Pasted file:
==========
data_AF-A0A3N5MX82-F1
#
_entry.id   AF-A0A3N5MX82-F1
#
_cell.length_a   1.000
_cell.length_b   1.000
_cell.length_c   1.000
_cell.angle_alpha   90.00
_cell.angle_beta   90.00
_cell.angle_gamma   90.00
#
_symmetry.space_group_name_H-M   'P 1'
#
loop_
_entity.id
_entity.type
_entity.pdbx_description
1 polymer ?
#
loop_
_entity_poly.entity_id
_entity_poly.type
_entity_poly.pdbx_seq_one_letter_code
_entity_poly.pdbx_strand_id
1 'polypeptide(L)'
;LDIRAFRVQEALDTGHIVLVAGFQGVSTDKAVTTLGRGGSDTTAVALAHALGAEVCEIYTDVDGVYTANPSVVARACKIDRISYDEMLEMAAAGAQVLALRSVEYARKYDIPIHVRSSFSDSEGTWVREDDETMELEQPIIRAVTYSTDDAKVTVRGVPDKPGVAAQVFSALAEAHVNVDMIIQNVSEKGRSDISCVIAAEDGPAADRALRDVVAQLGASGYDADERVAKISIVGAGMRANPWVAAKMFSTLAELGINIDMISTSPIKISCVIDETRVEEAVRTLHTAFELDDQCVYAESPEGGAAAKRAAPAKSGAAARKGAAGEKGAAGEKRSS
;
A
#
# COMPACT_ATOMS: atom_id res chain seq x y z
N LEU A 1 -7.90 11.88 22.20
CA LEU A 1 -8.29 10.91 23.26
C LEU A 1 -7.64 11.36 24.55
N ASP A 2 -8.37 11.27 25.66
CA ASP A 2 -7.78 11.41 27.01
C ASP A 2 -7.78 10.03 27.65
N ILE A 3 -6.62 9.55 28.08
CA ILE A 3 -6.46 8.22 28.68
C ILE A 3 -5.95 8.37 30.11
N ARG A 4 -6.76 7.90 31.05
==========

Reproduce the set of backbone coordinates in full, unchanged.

data_AF-A0A3N5MX82-F1
#
_entry.id   AF-A0A3N5MX82-F1
#
_cell.length_a   1.000
_cell.length_b   1.000
_cell.length_c   1.000
_cell.angle_alpha   90.00
_cell.angle_beta   90.00
_cell.angle_gamma   90.00
#
_symmetry.space_group_name_H-M   'P 1'
#
loop_
_entity.id
_entity.type
_entity.pdbx_description
1 polymer ?
#
loop_
_entity_poly.entity_id
_entity_poly.type
_entity_poly.pdbx_seq_one_letter_code
_entity_poly.pdbx_strand_id
1 'polypeptide(L)'
;LDIRAFRVQEALDTGHIVLVAGFQGVSTDKAVTTLGRGGSDTTAVALAHALGAEVCEIYTDVDGVYTANPSVVARACKIDRISYDEMLEMAAAGAQVLALRSVEYARKYDIPIHVRSSFSDSEGTWVREDDETMELEQPIIRAVTYSTDDAKVTVRGVPDKPGVAAQVFSALAEAHVNVDMIIQNVSEKGRSDISCVIAAEDGPAADRALRDVVAQLGASGYDADERVAKISIVGAGMRANPWVAAKMFSTLAELGINIDMISTSPIKISCVIDETRVEEAVRTLHTAFELDDQCVYAESPEGGAAAKRAAPAKSGAAARKGAAGEKGAAGEKRSS
;
A
#
# COMPACT_ATOMS: atom_id res chain seq x y z
N LEU A 1 -7.90 11.88 22.20
CA LEU A 1 -8.29 10.91 23.26
C LEU A 1 -7.64 11.36 24.55
N ASP A 2 -8.37 11.27 25.66
CA ASP A 2 -7.78 11.41 27.01
C ASP A 2 -7.78 10.03 27.65
N ILE A 3 -6.62 9.55 28.08
CA ILE A 3 -6.46 8.22 28.68
C ILE A 3 -5.95 8.37 30.11
N ARG A 4 -6.76 7.90 31.05